Madame Tussauds-owner warns on profit after attacks deter Britons
The stock fell up to 21%, wiping about £920m off the company’s market capitalisation
The owner of Madame Tussauds in London has seen its shares plunge by a fifth as peak summer trading woes after UK terror attacks took the shine off a worldwide Peppa Pig deal. Photograph: Yui Mok/PA Wire
Shares in Merlin Entertainments, operator of tourist attractions such as London’s Madame Tussauds waxworks, tumbled around 20 per cent on Tuesday after the company warned on profits after a series of militant attacks in Britain.
Merlin, which also runs the London Eye, Sea Life and theme parks such as Alton Towers in Britain, said it would not meet current market expectations for core earnings in 2017.
The stock fell up to 21 per cent, wiping about £920 million (€1.03 billion) off Merlin’s market capitalisation.
Britain has seen five attacks since March, described by police as terrorism, and security fears have had a particular impact on domestic visitor numbers.
“The spate of terror attacks witnessed in the UK marked an inflection point in Midway London (attractions) and UK theme park trading,” said chief executive Nick Varney.
Merlin forecast core earnings for 2017 of £470-480 million. That compares to analysts’ average forecast prior to the update of £490 million and £433 million made in 2016.
The company said trading in recent weeks had remained mixed and group like-for-like revenue growth for 2017 was now expected to be “approximately flat” on 2016.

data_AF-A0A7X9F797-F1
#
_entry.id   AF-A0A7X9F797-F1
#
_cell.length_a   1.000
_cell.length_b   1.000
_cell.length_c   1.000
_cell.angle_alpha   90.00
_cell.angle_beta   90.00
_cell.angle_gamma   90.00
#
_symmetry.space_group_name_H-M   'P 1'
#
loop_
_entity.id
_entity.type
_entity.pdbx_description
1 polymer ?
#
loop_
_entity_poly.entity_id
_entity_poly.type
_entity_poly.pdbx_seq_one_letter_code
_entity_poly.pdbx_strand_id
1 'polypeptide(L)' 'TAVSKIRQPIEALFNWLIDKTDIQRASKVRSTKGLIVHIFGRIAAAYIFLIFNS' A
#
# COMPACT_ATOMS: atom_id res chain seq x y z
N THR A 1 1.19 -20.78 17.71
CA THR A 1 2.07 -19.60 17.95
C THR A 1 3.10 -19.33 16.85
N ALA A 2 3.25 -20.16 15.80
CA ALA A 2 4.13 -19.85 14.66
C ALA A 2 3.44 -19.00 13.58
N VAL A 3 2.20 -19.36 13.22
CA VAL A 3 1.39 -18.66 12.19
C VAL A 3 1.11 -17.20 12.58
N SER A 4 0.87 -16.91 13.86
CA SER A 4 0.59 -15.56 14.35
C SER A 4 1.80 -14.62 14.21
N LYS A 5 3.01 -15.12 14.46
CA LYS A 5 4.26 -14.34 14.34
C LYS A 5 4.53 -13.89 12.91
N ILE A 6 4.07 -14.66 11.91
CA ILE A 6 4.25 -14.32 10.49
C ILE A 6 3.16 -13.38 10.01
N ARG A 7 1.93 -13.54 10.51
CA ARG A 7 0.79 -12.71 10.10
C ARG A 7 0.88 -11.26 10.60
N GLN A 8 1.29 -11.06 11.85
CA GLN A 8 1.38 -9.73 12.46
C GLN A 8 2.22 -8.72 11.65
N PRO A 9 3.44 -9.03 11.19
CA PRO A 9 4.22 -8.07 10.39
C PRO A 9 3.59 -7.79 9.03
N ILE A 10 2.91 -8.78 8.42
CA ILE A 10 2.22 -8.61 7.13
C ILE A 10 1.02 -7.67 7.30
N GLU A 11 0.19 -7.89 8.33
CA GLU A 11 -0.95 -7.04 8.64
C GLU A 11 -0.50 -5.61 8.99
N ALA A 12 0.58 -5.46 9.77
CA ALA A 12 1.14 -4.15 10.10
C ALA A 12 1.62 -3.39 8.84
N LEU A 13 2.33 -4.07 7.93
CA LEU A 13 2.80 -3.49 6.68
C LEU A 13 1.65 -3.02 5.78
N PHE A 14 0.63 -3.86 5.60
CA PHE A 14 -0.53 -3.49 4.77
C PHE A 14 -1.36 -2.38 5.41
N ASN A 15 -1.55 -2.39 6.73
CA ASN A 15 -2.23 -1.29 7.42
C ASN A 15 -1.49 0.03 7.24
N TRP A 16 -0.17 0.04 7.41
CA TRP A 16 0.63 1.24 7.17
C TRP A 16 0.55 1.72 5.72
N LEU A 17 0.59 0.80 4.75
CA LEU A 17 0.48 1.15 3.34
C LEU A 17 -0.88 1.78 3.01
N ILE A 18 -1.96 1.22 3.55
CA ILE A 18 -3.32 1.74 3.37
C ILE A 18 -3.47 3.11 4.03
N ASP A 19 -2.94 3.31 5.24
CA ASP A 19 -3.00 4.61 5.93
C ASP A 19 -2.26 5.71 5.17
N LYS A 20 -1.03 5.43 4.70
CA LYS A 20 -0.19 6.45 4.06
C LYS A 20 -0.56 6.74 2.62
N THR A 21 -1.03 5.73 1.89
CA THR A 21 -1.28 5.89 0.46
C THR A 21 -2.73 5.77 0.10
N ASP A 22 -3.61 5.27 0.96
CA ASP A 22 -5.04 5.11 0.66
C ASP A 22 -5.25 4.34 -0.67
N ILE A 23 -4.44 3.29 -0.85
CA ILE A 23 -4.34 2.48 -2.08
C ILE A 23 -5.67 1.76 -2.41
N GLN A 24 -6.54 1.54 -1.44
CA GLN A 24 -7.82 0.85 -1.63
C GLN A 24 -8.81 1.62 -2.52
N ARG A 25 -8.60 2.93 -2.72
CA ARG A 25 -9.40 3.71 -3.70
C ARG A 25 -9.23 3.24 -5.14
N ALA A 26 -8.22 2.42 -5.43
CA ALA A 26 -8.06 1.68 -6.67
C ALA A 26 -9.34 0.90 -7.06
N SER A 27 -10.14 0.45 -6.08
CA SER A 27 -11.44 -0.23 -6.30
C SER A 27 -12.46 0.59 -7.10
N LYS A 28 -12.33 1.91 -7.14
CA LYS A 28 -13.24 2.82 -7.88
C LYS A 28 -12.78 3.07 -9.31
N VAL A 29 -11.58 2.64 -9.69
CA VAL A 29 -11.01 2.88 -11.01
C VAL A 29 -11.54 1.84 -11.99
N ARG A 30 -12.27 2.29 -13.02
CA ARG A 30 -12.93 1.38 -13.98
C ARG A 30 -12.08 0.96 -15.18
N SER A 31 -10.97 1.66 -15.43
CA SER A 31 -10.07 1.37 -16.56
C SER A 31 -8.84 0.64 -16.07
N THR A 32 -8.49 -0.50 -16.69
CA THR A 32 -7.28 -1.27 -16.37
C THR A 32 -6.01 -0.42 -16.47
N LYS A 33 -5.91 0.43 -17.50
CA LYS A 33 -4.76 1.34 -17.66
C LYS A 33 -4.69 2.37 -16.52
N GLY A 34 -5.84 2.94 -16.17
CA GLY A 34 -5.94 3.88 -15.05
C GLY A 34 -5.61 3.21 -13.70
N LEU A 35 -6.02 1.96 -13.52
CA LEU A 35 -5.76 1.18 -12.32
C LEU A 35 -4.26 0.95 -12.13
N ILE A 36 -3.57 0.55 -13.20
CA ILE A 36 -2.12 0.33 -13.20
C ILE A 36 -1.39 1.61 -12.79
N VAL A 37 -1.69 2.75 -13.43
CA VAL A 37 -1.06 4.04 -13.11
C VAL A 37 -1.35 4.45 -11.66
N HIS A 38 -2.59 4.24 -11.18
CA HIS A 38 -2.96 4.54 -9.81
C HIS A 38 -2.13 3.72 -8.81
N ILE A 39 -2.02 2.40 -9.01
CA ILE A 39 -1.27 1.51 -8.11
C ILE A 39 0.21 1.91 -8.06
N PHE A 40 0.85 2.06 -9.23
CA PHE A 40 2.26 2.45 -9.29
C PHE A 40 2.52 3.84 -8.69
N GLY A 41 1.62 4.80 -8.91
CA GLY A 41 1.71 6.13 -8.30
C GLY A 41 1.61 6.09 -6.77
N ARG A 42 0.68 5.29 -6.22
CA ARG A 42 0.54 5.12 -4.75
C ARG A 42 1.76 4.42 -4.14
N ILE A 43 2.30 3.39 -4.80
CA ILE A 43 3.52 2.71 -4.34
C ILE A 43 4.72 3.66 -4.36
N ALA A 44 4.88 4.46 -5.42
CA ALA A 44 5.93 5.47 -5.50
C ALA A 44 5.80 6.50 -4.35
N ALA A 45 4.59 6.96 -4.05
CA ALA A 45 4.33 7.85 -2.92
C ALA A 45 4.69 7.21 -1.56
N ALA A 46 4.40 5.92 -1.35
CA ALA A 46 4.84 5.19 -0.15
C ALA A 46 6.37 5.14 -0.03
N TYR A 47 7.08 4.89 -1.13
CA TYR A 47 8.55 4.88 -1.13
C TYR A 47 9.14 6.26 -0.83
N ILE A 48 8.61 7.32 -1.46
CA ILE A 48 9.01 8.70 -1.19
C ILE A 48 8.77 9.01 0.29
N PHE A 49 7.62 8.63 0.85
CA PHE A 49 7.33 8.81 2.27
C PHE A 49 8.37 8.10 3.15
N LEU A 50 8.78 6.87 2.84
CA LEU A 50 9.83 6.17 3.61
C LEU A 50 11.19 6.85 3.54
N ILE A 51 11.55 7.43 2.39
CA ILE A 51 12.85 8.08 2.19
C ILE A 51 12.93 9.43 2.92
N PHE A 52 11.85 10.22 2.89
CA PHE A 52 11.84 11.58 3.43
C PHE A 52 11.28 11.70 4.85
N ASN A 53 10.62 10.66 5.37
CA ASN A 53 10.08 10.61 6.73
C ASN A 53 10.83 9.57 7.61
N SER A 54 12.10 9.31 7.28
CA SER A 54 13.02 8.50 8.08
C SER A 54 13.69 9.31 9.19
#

The group said it would respond to a volatile market environment and underlying cost pressures, such as labour, by switching its investment around.
It would reduce spending on its existing attractions by £100 million over the 2018-21 period, redirecting the funds into adding more accommodation and on productivity initiatives, such as automated kiosks and back office IT systems.
“We will effectively batten down the hatches and re-direct capital to areas where we know we can grow this business successfully and get good returns on capital,” Varney said.
He said Merlin’s revised model would deliver 25 per cent of its growth from the existing estate and 75 per cent from new business development, rather than the traditional 50/50 split.
“The worry is that the decision to reduce investment in standing assets risks hitting attendance levels in future years,” said Steve Clayton, manager of Hargreaves Lansdown’s Select UK Growth Shares fund, which holds Merlin stock.
For the 40 weeks to October 7th, Merlin’s like-for-like revenue was up just 0.3 per cent. That reflected weaker trading at its London attractions and European theme parks, where like-for-like revenue fell 1.0 per cent and 2.1 per cent respectively.
Total revenue growth over the 40 weeks was 12.4 per cent at actual exchange rates, driven by new business, including the opening of Legoland Japan, five new Midway attractions, and 381 new accommodation rooms.